THE STORY OF THE MORGAN DOLLAR

National Coin Week | coinfodder

In typical coinfodder fashion, whenever I hear the word "FREE COINS", I go wild. Then I read the fine print and realize I have to write something to get them. Well then.

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12 Apr 2021

National Coin Week Display in Milford, MI

National Coin Week | Al Raddi

Each year, American Numismatic Association (ANA) member club the Huron Valley Numismatic Society (Highland, MI) puts up a small National Coin Week (NCW) display at the public library in Milford, MI. This year's display features the Eisenhower dollar and includes a couple of posters describing the obverse and reverse of the coin, a Harco album with a collection of the big rounds, some NCW promotional items supplied by the ANA (book marks and buttons) and a half dozen books on Ike that staff pulled from the stacks.

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04 Apr 2021

Big and BOLD Numismatic Marvels

National Coin Week | TheNumisMaster

Hello and good afternoon, my fellow friends and numismatists! I trust you are all having a wonderful week. Today's numismatic dive will be fairly longer and more in depth than most, so get comfortable, grab a snack, and let's dive into some numismatic marvels!

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02 Apr 2021

Happy Birthday!

National Coin Week | Long Beard

As collectors, specifically those of United States coinage, the date April 2 should be highly remembered. As much so as July Fourth. Regrettably it is not, even to the author until research for a blog topic shined light on this all important day. As mentioned in the previous weekly blog, a theme had been contemplated in which the date of the topic's posting related to a historical event of the same. So in avoiding any further curiosity as to the title, today is the birthday of The United States Mint. Or at least the passage of legislation for it's creation. As such, this would be the author's submission for National Coin Week and the Money, Big and Bold theme. Enjoy!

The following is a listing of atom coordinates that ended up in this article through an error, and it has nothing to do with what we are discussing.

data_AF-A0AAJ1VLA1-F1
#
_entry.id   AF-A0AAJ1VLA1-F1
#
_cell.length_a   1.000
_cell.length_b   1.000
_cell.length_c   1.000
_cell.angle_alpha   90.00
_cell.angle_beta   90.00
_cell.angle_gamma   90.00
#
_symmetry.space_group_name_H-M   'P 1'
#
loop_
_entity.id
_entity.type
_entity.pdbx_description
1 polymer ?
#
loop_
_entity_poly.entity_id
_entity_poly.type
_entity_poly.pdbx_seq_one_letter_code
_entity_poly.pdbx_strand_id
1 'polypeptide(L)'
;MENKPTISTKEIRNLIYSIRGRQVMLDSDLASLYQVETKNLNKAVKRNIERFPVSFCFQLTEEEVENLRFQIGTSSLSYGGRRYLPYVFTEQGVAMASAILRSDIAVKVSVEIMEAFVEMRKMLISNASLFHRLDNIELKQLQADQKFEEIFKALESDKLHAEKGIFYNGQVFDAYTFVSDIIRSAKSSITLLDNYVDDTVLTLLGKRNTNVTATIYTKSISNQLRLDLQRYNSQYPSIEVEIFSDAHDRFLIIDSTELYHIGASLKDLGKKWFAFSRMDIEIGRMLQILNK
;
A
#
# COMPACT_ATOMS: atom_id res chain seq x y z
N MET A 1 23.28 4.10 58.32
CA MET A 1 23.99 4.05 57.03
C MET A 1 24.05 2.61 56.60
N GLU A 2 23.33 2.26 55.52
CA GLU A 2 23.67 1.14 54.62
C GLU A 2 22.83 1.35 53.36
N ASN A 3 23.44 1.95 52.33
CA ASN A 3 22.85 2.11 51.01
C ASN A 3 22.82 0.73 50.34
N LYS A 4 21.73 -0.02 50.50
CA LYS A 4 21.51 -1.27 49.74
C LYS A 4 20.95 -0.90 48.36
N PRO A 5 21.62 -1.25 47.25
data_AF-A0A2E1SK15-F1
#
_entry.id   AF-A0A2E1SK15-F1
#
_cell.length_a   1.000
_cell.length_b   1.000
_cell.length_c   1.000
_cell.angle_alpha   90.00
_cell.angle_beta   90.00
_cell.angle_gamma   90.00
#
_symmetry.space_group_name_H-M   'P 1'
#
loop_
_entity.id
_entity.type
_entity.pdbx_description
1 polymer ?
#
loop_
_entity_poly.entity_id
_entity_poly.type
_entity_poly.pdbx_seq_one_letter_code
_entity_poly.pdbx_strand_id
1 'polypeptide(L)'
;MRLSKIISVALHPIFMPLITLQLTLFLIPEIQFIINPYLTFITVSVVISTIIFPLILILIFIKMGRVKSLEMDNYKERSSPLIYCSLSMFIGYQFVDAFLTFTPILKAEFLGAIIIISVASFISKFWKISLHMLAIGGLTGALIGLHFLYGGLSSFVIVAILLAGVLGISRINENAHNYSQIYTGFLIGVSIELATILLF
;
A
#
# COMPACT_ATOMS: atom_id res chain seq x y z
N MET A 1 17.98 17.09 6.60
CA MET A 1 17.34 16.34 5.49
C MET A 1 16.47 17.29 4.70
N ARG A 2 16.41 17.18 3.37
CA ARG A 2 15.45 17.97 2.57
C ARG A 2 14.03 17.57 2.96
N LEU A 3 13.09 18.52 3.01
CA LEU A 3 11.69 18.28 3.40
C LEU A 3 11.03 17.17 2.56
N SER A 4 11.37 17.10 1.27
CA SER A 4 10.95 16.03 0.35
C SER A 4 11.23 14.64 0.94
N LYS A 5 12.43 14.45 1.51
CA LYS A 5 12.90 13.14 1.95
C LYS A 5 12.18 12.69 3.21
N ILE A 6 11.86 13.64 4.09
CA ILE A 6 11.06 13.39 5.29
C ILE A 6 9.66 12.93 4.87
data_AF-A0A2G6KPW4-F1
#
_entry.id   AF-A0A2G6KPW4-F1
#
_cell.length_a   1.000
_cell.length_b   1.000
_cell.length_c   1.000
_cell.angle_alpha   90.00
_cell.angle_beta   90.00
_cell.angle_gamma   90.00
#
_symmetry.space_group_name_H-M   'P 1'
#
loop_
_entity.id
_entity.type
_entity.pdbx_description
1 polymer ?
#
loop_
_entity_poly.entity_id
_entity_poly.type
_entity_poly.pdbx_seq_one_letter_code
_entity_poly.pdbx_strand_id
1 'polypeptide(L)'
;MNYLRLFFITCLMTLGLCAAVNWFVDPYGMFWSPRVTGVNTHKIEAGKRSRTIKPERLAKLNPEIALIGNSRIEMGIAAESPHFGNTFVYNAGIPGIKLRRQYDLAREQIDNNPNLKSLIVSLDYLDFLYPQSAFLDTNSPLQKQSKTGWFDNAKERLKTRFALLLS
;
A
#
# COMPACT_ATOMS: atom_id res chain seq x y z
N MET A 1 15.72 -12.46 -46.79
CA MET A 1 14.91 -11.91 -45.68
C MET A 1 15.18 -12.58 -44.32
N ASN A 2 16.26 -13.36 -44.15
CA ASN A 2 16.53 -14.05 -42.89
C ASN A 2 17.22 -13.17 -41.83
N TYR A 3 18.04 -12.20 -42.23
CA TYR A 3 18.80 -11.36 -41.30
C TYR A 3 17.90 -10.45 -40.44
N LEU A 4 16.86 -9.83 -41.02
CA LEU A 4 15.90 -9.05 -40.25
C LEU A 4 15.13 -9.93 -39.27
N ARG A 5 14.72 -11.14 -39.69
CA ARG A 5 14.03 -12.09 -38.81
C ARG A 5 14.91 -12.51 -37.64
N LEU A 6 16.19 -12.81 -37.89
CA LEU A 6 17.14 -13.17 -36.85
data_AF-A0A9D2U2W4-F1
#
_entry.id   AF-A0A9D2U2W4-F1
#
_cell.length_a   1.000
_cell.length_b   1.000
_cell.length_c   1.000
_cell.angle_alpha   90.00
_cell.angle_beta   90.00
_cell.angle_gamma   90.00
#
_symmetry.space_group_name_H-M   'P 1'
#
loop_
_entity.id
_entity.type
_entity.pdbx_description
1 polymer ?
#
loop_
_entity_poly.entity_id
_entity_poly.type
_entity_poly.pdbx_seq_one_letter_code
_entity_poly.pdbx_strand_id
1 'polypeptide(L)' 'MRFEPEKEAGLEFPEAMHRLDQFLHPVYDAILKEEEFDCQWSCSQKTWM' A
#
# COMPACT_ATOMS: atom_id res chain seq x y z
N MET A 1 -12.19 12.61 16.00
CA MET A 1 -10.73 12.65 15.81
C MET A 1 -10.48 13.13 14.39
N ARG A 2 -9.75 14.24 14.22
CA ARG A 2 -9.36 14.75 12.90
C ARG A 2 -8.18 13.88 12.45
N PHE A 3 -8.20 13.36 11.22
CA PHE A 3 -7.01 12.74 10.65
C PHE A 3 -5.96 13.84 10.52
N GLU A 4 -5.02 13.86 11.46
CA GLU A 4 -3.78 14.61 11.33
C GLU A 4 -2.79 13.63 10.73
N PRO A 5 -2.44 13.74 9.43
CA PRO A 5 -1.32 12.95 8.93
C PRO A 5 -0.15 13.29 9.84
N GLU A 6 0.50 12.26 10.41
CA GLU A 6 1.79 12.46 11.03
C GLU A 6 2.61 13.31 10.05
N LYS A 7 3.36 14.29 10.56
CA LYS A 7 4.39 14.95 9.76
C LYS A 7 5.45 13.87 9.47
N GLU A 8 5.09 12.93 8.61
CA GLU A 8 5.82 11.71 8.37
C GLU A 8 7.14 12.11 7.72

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29 Mar 2021

CONECA's Big and Bold Idea

National Coin Week | Al Raddi

In 1983, the Collectors of Numismatic Errors (CONE) club and the Numismatic Error Collectors of America (NECA) clubs merged. Unable to easily agree on a name for the combined error coin club, the merged Board of Directors designated it simply the Combined Organizations of Numismatic Error Collectors of America (CONECA).